5. On August 4, four Republican candidates running against Newsom “met on the debate stage ... railing against COVID-19 mask mandates and accusing the Democrat of failing the state’s business owners and school children by forcing closures during the worst of the pandemic.” (“Republicans vying to replace Newsom in California recall attack his handling of COVID-19 in debate,” CNN, August 5, 2021 [back]

6. For example, Larry Elder, a top Republican candidate against Newsom, said he is “not sure” if climate change has played a role in the wildfires scorching California and other western states, despite scientific research showing the clear links between warming climate and more frequent and devastating wildfires around the world. (“Recall election: Conservative radio host Larry Elder on Gavin Newsom, COVID and whether Trump lost in 2020,” August 3, 2021) [back]

7. Republican candidate Larry Elder has called abortion “murder” (which is a totally unscientific falsehood—see here for what abortion actually is and why the right and access to it is so important for women). Another top Republican candidate, John Cox, says he’s “pro-life” (that is, anti-abortion) “but not talking about it.” (“Where the Republicans running to replace Newsom in the recall say they stand on the issues,” Los Angeles Times, July 19, 2021) [back]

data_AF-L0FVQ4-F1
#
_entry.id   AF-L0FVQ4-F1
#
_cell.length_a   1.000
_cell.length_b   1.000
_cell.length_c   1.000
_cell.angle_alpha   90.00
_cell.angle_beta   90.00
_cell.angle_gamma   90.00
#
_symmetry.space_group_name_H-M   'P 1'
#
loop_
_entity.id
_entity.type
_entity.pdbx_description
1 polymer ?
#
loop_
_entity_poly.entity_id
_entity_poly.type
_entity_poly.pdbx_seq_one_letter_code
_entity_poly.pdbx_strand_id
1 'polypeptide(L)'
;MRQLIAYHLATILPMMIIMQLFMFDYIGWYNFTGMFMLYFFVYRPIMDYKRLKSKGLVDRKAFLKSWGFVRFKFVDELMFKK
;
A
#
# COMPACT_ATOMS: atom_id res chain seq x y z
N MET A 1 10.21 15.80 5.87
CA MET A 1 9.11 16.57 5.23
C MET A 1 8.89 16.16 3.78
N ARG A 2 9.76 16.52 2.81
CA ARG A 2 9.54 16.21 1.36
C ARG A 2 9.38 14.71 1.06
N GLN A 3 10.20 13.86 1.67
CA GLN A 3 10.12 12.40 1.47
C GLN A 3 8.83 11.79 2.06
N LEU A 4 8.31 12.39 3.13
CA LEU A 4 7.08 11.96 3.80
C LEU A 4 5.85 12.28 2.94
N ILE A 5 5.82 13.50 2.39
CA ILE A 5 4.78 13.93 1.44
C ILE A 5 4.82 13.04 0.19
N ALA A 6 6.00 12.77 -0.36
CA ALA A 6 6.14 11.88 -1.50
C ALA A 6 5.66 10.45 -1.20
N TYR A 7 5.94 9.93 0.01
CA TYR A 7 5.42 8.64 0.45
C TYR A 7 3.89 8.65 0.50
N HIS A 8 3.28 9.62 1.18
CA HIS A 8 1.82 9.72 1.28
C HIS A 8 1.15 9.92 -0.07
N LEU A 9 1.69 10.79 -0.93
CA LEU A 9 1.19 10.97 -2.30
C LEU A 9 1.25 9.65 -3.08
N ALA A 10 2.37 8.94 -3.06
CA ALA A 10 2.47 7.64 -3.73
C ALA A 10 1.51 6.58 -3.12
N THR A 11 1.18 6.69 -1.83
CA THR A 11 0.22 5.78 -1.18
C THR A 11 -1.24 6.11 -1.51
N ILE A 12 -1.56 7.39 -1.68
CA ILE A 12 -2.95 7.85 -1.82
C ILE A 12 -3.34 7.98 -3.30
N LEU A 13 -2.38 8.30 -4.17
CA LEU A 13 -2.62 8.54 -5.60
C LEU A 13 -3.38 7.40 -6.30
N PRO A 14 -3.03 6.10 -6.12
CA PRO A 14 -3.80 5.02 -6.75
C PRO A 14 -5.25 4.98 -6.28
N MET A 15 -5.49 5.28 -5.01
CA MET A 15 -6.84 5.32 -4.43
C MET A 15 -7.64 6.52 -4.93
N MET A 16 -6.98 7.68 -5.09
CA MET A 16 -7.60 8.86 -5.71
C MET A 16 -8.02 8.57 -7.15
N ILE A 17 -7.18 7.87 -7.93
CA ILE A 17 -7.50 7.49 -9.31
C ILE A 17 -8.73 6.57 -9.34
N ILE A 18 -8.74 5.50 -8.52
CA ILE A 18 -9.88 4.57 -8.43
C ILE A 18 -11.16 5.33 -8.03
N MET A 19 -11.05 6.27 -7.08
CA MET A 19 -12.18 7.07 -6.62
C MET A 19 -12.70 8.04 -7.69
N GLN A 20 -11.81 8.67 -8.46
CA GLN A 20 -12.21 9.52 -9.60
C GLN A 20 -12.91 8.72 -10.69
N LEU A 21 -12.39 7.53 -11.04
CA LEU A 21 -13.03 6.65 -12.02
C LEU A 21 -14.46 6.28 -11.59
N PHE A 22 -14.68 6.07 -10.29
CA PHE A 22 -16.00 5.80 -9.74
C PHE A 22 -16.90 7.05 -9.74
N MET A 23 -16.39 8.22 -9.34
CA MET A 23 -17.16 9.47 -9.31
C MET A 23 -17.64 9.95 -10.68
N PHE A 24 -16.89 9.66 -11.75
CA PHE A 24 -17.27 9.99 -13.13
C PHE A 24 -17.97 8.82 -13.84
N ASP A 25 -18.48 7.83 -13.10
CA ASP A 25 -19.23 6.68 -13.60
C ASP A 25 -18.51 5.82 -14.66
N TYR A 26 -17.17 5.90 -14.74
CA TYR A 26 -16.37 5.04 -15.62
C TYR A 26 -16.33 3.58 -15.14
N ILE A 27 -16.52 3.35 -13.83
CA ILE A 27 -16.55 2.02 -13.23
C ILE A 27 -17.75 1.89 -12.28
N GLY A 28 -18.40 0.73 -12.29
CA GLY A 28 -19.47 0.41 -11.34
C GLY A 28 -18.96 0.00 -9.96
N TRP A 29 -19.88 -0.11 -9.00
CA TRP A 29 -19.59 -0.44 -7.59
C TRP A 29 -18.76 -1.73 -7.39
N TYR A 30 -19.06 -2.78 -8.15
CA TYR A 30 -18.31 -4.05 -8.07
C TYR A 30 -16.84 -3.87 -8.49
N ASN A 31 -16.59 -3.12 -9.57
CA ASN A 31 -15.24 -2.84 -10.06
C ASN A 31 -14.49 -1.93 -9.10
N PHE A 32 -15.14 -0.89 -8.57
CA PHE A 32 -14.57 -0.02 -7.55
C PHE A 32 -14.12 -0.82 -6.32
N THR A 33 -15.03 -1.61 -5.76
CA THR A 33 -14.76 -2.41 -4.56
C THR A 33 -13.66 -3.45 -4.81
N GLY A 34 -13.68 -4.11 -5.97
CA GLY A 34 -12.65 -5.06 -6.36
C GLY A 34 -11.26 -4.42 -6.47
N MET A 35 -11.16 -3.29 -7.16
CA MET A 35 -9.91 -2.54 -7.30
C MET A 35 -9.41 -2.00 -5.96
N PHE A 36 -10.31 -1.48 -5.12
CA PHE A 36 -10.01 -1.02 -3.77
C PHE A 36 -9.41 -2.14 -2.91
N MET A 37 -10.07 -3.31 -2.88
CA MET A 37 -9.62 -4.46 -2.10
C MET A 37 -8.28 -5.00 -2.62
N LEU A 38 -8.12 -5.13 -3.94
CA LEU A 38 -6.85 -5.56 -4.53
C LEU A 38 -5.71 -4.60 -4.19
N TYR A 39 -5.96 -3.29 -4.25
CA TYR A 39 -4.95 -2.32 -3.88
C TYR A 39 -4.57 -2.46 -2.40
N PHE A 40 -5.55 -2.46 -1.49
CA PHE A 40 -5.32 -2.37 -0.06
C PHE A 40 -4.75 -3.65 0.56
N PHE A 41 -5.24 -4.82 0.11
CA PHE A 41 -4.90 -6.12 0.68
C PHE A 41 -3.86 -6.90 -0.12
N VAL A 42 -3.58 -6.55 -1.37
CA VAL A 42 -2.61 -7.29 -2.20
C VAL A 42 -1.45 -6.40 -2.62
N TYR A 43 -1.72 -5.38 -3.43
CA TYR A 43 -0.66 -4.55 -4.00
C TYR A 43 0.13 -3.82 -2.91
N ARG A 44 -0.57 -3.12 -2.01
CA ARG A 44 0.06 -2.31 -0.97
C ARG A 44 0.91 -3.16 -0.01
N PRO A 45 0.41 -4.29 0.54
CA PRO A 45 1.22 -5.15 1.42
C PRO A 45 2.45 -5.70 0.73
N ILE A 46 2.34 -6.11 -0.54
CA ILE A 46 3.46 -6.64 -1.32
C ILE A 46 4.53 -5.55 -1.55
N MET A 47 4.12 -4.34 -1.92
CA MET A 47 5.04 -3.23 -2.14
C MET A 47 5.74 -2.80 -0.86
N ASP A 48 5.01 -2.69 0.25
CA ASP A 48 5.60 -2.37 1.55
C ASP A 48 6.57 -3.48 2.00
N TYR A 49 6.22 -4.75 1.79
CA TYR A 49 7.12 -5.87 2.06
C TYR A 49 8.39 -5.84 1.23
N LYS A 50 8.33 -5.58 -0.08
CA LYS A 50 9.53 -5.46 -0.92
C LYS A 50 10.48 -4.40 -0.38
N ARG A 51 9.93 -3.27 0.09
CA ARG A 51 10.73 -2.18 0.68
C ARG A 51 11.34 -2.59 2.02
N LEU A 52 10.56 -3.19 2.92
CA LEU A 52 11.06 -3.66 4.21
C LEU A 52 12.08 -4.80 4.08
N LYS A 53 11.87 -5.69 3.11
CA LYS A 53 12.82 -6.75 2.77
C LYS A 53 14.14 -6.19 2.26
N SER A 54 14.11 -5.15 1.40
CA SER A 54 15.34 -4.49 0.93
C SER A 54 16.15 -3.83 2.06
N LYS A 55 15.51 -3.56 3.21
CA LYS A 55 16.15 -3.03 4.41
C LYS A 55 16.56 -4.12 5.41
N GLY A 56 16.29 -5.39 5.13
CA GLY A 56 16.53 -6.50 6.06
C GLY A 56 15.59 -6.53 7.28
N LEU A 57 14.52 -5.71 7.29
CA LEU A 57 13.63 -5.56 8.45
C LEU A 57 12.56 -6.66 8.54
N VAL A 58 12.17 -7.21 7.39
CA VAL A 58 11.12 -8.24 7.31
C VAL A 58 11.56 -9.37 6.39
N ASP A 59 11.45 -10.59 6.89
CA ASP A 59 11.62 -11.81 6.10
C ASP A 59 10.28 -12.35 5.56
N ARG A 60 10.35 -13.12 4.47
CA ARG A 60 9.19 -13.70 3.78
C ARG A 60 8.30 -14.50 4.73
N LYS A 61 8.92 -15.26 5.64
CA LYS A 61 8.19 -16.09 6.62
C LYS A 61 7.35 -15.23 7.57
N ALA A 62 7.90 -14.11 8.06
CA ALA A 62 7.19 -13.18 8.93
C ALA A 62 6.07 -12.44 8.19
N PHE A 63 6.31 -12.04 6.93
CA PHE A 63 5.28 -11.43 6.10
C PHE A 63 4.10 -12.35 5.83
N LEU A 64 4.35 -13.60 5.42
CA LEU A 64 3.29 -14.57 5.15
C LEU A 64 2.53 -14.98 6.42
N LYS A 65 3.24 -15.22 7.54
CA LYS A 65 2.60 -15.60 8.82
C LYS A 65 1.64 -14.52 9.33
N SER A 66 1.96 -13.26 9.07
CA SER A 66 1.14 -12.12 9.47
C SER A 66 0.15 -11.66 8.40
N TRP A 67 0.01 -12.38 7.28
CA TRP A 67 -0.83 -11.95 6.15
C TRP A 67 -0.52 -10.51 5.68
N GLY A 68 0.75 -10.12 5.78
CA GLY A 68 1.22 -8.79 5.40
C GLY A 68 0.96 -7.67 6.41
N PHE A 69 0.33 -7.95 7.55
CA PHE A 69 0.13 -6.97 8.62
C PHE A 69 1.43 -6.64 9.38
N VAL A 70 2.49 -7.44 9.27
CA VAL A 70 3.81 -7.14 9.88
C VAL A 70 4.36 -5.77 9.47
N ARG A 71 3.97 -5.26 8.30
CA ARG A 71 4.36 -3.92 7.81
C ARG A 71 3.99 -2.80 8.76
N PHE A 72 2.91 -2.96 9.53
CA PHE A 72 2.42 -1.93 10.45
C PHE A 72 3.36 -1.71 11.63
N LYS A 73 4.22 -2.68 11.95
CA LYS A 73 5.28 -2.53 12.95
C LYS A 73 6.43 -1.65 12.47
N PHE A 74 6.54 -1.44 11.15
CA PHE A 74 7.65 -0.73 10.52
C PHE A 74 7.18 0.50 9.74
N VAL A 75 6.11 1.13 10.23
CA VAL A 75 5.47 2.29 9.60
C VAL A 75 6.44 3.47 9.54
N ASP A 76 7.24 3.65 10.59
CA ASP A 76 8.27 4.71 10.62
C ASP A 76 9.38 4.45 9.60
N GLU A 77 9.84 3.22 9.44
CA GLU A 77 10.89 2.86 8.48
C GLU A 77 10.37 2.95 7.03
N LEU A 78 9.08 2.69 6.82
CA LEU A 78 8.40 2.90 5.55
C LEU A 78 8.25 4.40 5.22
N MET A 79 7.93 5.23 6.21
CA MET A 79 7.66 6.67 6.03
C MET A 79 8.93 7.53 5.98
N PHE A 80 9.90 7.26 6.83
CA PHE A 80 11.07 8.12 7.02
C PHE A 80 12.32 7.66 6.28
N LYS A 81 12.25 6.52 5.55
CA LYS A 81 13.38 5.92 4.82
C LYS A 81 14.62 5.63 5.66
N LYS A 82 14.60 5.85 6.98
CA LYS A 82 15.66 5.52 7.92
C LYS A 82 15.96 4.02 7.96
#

8. According to the San Jose Mercury News, which interviewed Larry Elder, the Republican candidate “suggested that it was unfair Trump was blamed for the Jan. 6 riot at the Capitol in Washington, D.C., while Hilary Clinton was not blamed for the arrests and vandalism that took place when Trump was inaugurated in 2017.” (“Recall election: Conservative radio host Larry Elder on Gavin Newsom, COVID and whether Trump lost in 2020,” August 3, 2021) [back]

9. As Bob Avakian points out in THIS IS A RARE TIME WHEN REVOLUTION BECOMES POSSIBLE—WHY THAT IS SO, AND HOW TO SEIZE ON THIS RARE OPPORTUNITY: “These deep divisions, this intensifying conflict, cannot be overcome—all this cannot be ‘put back together’—on the terms, and in the way, that the country has, up to now, been held together under the rule of a more or less unified capitalist class.” [back]